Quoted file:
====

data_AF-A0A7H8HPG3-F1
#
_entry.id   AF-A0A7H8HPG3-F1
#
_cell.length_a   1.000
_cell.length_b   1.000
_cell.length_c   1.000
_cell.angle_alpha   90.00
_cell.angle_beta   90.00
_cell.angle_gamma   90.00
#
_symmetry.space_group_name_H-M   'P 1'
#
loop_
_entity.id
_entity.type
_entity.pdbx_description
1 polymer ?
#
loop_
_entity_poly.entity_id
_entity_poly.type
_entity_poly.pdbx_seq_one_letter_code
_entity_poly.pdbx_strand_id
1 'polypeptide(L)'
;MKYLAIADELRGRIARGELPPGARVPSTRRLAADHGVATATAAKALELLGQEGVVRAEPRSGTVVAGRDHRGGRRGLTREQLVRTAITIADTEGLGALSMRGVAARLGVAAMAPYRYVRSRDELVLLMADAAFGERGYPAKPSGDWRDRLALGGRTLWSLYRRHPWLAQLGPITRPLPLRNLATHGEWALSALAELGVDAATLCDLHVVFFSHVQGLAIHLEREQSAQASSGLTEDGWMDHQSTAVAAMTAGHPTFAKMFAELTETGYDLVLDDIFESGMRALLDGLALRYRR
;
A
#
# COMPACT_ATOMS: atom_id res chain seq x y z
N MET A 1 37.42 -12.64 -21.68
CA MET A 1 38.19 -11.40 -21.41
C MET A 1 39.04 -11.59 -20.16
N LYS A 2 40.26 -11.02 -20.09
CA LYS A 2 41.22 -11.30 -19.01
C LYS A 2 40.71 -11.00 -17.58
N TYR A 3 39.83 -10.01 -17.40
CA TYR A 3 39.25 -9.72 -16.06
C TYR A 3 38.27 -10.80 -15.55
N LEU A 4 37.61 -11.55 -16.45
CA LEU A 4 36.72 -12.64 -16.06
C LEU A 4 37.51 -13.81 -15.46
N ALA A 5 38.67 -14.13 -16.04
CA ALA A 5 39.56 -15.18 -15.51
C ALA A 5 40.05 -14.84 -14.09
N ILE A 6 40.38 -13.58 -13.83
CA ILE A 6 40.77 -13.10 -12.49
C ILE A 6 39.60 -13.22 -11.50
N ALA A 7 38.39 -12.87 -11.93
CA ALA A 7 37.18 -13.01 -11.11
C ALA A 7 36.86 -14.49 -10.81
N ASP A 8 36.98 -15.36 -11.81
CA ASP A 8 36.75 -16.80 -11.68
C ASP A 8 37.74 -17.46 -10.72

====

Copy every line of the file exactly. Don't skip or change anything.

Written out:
data_AF-A0A7H8HPG3-F1
#
_entry.id   AF-A0A7H8HPG3-F1
#
_cell.length_a   1.000
_cell.length_b   1.000
_cell.length_c   1.000
_cell.angle_alpha   90.00
_cell.angle_beta   90.00
_cell.angle_gamma   90.00
#
_symmetry.space_group_name_H-M   'P 1'
#
loop_
_entity.id
_entity.type
_entity.pdbx_description
1 polymer ?
#
loop_
_entity_poly.entity_id
_entity_poly.type
_entity_poly.pdbx_seq_one_letter_code
_entity_poly.pdbx_strand_id
1 'polypeptide(L)'
;MKYLAIADELRGRIARGELPPGARVPSTRRLAADHGVATATAAKALELLGQEGVVRAEPRSGTVVAGRDHRGGRRGLTREQLVRTAITIADTEGLGALSMRGVAARLGVAAMAPYRYVRSRDELVLLMADAAFGERGYPAKPSGDWRDRLALGGRTLWSLYRRHPWLAQLGPITRPLPLRNLATHGEWALSALAELGVDAATLCDLHVVFFSHVQGLAIHLEREQSAQASSGLTEDGWMDHQSTAVAAMTAGHPTFAKMFAELTETGYDLVLDDIFESGMRALLDGLALRYRR
;
A
#
# COMPACT_ATOMS: atom_id res chain seq x y z
N MET A 1 37.42 -12.64 -21.68
CA MET A 1 38.19 -11.40 -21.41
C MET A 1 39.04 -11.59 -20.16
N LYS A 2 40.26 -11.02 -20.09
CA LYS A 2 41.22 -11.30 -19.01
C LYS A 2 40.71 -11.00 -17.58
N TYR A 3 39.83 -10.01 -17.40
CA TYR A 3 39.25 -9.72 -16.06
C TYR A 3 38.27 -10.80 -15.55
N LEU A 4 37.61 -11.55 -16.45
CA LEU A 4 36.72 -12.64 -16.06
C LEU A 4 37.51 -13.81 -15.46
N ALA A 5 38.67 -14.13 -16.04
CA ALA A 5 39.56 -15.18 -15.51
C ALA A 5 40.05 -14.84 -14.09
N ILE A 6 40.38 -13.58 -13.83
CA ILE A 6 40.77 -13.10 -12.49
C ILE A 6 39.60 -13.22 -11.50
N ALA A 7 38.39 -12.87 -11.93
CA ALA A 7 37.18 -13.01 -11.11
C ALA A 7 36.86 -14.49 -10.81
N ASP A 8 36.98 -15.36 -11.81
CA ASP A 8 36.75 -16.80 -11.68
C ASP A 8 37.74 -17.46 -10.72